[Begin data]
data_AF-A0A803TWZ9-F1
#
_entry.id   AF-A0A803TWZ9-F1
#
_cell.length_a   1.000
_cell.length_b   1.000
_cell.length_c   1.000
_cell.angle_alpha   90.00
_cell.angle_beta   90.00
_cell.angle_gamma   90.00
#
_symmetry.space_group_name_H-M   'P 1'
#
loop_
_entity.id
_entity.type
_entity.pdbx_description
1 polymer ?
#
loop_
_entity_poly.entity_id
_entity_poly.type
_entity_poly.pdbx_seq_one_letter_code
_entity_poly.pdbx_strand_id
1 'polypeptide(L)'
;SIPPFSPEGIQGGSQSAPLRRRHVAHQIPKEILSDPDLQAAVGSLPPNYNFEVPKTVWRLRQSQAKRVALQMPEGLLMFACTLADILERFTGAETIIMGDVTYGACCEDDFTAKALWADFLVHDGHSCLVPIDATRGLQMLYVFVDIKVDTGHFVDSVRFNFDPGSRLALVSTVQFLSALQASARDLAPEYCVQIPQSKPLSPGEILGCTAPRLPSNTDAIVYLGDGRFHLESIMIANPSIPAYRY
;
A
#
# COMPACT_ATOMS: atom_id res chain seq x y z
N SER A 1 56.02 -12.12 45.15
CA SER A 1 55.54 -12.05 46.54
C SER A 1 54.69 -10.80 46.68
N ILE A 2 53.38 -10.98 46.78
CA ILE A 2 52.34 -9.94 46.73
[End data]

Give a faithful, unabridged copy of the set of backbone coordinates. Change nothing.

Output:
data_AF-A0A803TWZ9-F1
#
_entry.id   AF-A0A803TWZ9-F1
#
_cell.length_a   1.000
_cell.length_b   1.000
_cell.length_c   1.000
_cell.angle_alpha   90.00
_cell.angle_beta   90.00
_cell.angle_gamma   90.00
#
_symmetry.space_group_name_H-M   'P 1'
#
loop_
_entity.id
_entity.type
_entity.pdbx_description
1 polymer ?
#
loop_
_entity_poly.entity_id
_entity_poly.type
_entity_poly.pdbx_seq_one_letter_code
_entity_poly.pdbx_strand_id
1 'polypeptide(L)'
;SIPPFSPEGIQGGSQSAPLRRRHVAHQIPKEILSDPDLQAAVGSLPPNYNFEVPKTVWRLRQSQAKRVALQMPEGLLMFACTLADILERFTGAETIIMGDVTYGACCEDDFTAKALWADFLVHDGHSCLVPIDATRGLQMLYVFVDIKVDTGHFVDSVRFNFDPGSRLALVSTVQFLSALQASARDLAPEYCVQIPQSKPLSPGEILGCTAPRLPSNTDAIVYLGDGRFHLESIMIANPSIPAYRY
;
A
#
# COMPACT_ATOMS: atom_id res chain seq x y z
N SER A 1 56.02 -12.12 45.15
CA SER A 1 55.54 -12.05 46.54
C SER A 1 54.69 -10.80 46.68
N ILE A 2 53.38 -10.98 46.78
CA ILE A 2 52.34 -9.94 46.73